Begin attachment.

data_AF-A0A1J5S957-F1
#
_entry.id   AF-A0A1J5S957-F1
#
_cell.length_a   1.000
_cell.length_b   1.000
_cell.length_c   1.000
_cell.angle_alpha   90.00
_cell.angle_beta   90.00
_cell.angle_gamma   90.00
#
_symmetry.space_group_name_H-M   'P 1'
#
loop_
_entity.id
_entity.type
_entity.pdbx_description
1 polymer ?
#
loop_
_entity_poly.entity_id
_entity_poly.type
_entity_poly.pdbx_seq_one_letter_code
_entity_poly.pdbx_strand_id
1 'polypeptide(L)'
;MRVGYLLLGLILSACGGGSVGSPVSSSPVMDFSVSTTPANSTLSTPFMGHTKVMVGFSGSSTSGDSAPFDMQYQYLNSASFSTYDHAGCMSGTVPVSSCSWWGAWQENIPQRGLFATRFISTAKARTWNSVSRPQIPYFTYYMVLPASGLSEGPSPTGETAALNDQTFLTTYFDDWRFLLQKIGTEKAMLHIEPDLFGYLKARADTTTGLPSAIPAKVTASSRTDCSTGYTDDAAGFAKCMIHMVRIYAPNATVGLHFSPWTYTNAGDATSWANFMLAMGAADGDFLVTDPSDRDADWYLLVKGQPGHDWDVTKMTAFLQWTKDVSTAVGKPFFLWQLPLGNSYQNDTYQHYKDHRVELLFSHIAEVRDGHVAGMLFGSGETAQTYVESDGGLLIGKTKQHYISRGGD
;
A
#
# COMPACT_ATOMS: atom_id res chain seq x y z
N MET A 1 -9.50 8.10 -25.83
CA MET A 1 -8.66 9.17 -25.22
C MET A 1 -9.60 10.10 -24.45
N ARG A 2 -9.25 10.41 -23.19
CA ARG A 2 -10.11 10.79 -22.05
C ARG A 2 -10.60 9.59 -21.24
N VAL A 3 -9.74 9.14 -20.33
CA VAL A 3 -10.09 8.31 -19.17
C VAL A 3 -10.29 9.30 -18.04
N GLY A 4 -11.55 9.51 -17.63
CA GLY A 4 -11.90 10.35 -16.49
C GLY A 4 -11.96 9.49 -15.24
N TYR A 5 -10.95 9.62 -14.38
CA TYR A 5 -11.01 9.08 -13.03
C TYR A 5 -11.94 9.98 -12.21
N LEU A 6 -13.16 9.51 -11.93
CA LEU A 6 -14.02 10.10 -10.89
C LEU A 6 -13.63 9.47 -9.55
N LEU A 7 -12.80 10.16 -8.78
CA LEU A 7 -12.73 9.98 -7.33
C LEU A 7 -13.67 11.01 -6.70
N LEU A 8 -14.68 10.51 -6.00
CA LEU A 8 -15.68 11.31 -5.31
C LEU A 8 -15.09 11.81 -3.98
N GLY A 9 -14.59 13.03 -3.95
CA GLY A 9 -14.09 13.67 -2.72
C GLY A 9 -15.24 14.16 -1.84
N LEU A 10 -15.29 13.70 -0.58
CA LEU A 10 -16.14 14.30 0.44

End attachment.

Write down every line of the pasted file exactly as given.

data_AF-A0A1J5S957-F1
#
_entry.id   AF-A0A1J5S957-F1
#
_cell.length_a   1.000
_cell.length_b   1.000
_cell.length_c   1.000
_cell.angle_alpha   90.00
_cell.angle_beta   90.00
_cell.angle_gamma   90.00
#
_symmetry.space_group_name_H-M   'P 1'
#
loop_
_entity.id
_entity.type
_entity.pdbx_description
1 polymer ?
#
loop_
_entity_poly.entity_id
_entity_poly.type
_entity_poly.pdbx_seq_one_letter_code
_entity_poly.pdbx_strand_id
1 'polypeptide(L)'
;MRVGYLLLGLILSACGGGSVGSPVSSSPVMDFSVSTTPANSTLSTPFMGHTKVMVGFSGSSTSGDSAPFDMQYQYLNSASFSTYDHAGCMSGTVPVSSCSWWGAWQENIPQRGLFATRFISTAKARTWNSVSRPQIPYFTYYMVLPASGLSEGPSPTGETAALNDQTFLTTYFDDWRFLLQKIGTEKAMLHIEPDLFGYLKARADTTTGLPSAIPAKVTASSRTDCSTGYTDDAAGFAKCMIHMVRIYAPNATVGLHFSPWTYTNAGDATSWANFMLAMGAADGDFLVTDPSDRDADWYLLVKGQPGHDWDVTKMTAFLQWTKDVSTAVGKPFFLWQLPLGNSYQNDTYQHYKDHRVELLFSHIAEVRDGHVAGMLFGSGETAQTYVESDGGLLIGKTKQHYISRGGD
;
A
#
# COMPACT_ATOMS: atom_id res chain seq x y z
N MET A 1 -9.50 8.10 -25.83
CA MET A 1 -8.66 9.17 -25.22
C MET A 1 -9.60 10.10 -24.45
N ARG A 2 -9.25 10.41 -23.19
CA ARG A 2 -10.11 10.79 -22.05
C ARG A 2 -10.60 9.59 -21.24
N VAL A 3 -9.74 9.14 -20.33
CA VAL A 3 -10.09 8.31 -19.17
C VAL A 3 -10.29 9.30 -18.04
N GLY A 4 -11.55 9.51 -17.63
CA GLY A 4 -11.90 10.35 -16.49
C GLY A 4 -11.96 9.49 -15.24
N TYR A 5 -10.95 9.62 -14.38
CA TYR A 5 -11.01 9.08 -13.03
C TYR A 5 -11.94 9.98 -12.21
N LEU A 6 -13.16 9.51 -11.93
CA LEU A 6 -14.02 10.10 -10.89
C LEU A 6 -13.63 9.47 -9.55
N LEU A 7 -12.80 10.16 -8.78
CA LEU A 7 -12.73 9.98 -7.33
C LEU A 7 -13.67 11.01 -6.70
N LEU A 8 -14.68 10.51 -6.00
CA LEU A 8 -15.68 11.31 -5.31
C LEU A 8 -15.09 11.81 -3.98
N GLY A 9 -14.59 13.03 -3.95
CA GLY A 9 -14.09 13.67 -2.72
C GLY A 9 -15.24 14.16 -1.84
N LEU A 10 -15.29 13.70 -0.58
CA LEU A 10 -16.14 14.30 0.44